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Nicolas Baudin Island
Nicolas Baudin Island is located in South Australia
Nicolas Baudin Island
Nicolas Baudin Island
Location in South Australia
Location Great Australian Bight
Coordinates 33°00′58″S 134°07′50″E / 33.01608°S 134.13054°E / -33.01608; 134.13054
Area 10 ha (25 acres)
Population 0

Nicolas Baudin Island is an island in the Australian state of South Australia about 500 metres (1,600 feet) west of Cape Blanche on the west coast of Eyre Peninsula about 25 kilometres (16 miles) south south-west of the town of Streaky Bay. The island is notable as a breeding site for Australian sea lions. The island has enjoyed protected area status since 2003 when it became part of the Nicolas Baudin Island Conservation Park.


Nicolas Baudin Island is about 500 metres (1,600 feet) west of Cape Blanche on the west coast of Eyre Peninsula in South Australia about 25 kilometres (16 miles) south south-west of the town of Streaky Bay.

The island was described in 2007 as follows:

The island is about 10 hectares (25 acres) in area and is surrounded by reefs on all but the landward (eastern) side. It is composed of large boulders and slabs of red-brown granite, as well as sandy areas and intertidal pools. Most of the island is low and partly inundated each high tide, with several elevated boulders forming the highest points.

Since January 2003, access to both to the island and the waters surrounding it have been prohibited as a regulatory measure to protect a breeding site for the Australian sea lion.

Formation, geology and oceanography

Nicolas Baudin Island was formed between 6000 and 7700 years ago following the rise of sea levels at the start of the Holocene. The island’s geology consists of a basement of a granite associated with the Gawler Craton and which is bare of any remnants of overlying layers of rock. The island’s north side drops into water of at least a depth of 15 metres (49 feet) while its west side drops to depth of 20 metres (66 feet). The sea bed falls to a depth of 50 metres (160 feet) about 2.2 kilometres (1.4 miles) to the west of the island.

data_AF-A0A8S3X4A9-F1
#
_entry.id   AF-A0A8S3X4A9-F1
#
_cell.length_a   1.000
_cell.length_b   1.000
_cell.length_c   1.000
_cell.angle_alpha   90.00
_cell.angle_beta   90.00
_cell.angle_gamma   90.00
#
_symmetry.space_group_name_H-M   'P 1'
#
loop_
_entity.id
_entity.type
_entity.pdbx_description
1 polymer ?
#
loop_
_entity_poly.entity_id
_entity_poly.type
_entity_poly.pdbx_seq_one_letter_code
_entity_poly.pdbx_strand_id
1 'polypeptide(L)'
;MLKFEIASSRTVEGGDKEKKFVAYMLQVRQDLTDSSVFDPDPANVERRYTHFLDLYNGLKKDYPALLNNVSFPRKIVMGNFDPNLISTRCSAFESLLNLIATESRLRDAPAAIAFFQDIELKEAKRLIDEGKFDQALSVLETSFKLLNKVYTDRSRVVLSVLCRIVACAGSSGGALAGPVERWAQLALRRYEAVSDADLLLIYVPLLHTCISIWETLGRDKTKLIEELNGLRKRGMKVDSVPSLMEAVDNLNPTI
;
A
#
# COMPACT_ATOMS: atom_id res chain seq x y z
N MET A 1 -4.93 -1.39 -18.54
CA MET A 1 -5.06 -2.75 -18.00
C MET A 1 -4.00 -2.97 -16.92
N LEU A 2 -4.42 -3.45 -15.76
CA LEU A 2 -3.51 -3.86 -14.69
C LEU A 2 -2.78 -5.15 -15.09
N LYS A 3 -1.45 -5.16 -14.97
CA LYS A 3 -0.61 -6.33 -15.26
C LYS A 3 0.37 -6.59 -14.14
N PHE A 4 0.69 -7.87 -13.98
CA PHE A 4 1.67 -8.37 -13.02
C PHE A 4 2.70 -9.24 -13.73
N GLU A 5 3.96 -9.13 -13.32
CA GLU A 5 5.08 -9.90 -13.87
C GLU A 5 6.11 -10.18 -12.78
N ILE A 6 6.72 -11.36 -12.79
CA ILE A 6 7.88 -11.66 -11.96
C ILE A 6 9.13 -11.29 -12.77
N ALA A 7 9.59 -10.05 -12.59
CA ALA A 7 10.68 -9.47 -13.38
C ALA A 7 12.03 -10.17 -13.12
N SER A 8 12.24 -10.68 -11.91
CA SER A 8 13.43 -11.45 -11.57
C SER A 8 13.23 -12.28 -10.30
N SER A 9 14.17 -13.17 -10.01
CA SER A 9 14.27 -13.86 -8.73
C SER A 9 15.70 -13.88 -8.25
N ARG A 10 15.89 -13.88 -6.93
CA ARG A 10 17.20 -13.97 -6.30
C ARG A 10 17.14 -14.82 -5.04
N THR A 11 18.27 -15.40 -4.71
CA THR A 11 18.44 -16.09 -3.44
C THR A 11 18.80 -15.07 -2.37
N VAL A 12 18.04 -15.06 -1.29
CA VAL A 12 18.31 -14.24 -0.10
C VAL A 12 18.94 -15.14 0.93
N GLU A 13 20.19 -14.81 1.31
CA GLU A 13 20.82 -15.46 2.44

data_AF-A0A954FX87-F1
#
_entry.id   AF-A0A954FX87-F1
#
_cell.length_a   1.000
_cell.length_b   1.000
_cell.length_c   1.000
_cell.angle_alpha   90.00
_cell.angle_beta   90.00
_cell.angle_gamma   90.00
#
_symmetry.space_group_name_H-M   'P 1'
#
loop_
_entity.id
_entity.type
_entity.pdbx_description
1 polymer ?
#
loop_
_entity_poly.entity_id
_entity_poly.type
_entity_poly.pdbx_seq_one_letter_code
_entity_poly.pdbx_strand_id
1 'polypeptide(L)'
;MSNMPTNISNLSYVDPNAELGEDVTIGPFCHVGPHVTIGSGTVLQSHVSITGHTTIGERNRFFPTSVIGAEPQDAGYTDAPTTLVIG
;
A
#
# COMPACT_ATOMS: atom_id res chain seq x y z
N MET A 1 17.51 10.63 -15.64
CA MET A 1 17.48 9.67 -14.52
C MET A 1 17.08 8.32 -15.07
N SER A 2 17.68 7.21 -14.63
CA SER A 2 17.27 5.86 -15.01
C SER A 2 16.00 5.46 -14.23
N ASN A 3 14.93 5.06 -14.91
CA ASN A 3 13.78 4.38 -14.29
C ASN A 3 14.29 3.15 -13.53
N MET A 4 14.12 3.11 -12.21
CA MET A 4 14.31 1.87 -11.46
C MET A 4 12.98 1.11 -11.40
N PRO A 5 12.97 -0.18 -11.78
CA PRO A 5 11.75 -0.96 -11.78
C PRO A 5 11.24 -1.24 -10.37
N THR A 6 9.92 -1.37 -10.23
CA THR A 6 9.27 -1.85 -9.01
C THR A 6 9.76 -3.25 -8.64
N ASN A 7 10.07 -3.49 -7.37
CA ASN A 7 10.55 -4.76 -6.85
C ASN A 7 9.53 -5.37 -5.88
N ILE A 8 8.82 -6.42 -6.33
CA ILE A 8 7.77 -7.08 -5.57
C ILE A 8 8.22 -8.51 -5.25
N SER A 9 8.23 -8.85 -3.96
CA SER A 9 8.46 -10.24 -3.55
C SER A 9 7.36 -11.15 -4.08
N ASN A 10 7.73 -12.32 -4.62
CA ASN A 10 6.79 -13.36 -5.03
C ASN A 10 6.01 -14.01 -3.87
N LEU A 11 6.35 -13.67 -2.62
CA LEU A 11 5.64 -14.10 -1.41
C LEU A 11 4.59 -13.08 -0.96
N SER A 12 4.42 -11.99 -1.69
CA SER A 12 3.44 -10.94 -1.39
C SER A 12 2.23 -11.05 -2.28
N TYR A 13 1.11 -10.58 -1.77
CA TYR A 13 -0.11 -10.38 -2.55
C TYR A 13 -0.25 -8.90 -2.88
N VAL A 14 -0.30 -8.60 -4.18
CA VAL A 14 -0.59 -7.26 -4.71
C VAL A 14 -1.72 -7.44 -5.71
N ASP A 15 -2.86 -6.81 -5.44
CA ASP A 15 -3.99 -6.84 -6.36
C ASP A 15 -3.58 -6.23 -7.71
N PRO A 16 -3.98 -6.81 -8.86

Flora and fauna


As of 2007, Nicolas Baudin Island is reported as not having any terrestrial vegetation.


Surveys of fauna present on Nicolas Baudin Island have focused on vertebrates such as seal lions, seals and birds.

Sea lions and seals

The island is notable as a rookery for the Australian sea lion and as a haul out for New Zealand fur seals.


Surveys of bird life carried out from 2002 to 2005 revealed breeding populations of Pacific gull and sooty oystercatcher as well as sightings of the following species using the island as a roosting point: little penguin, short-tailed shearwater, Australasian gannet, little pied cormorant, black-faced cormorant, pied cormorant, little black cormorant, great cormorant, Australian pelican, white-faced heron, silver gull, caspian tern and crested tern.


European discovery and use

Nicolas Baudin Island was not discovered by either of the expeditions led by Matthew Flinders and Nicolas Baudin. It was presumably identified during surveys carried out by the Government of South Australia following settlement in 1836 as ‘a result of the need to document South Australian waters and, in particular, their hazards, and to ascertain the nature of the coast for settlement.’ The island was informally known as Cape Blanche Island. The present name was selected in 2002 via a public competition held in association with the process to proclaim the island and its adjoining waters as a conservation park. The island’s name officially declared in May 2003 after the proclamation of the conservation park in January 2003. The commercial fishing of greenlip abalone by the use of underwater diving methods takes place in the vicinity of the island. As of 2006, fishing by diving within the boundaries of the Nicolas Baudin Island Conservation Park is permitted by licence and only during periods outside of the breeding cycle of the Australian sea lion.

Protected areas status

Nicolas Baudin Island received protected area status under the National Parks and Wildlife Act 1972 on 16 January 2003 as part of a conservation park that includes both the island and adjoining waters beyond the low water mark. The waters adjoining the island are also within a sanctuary zone in the West Coast Bays Marine Park.

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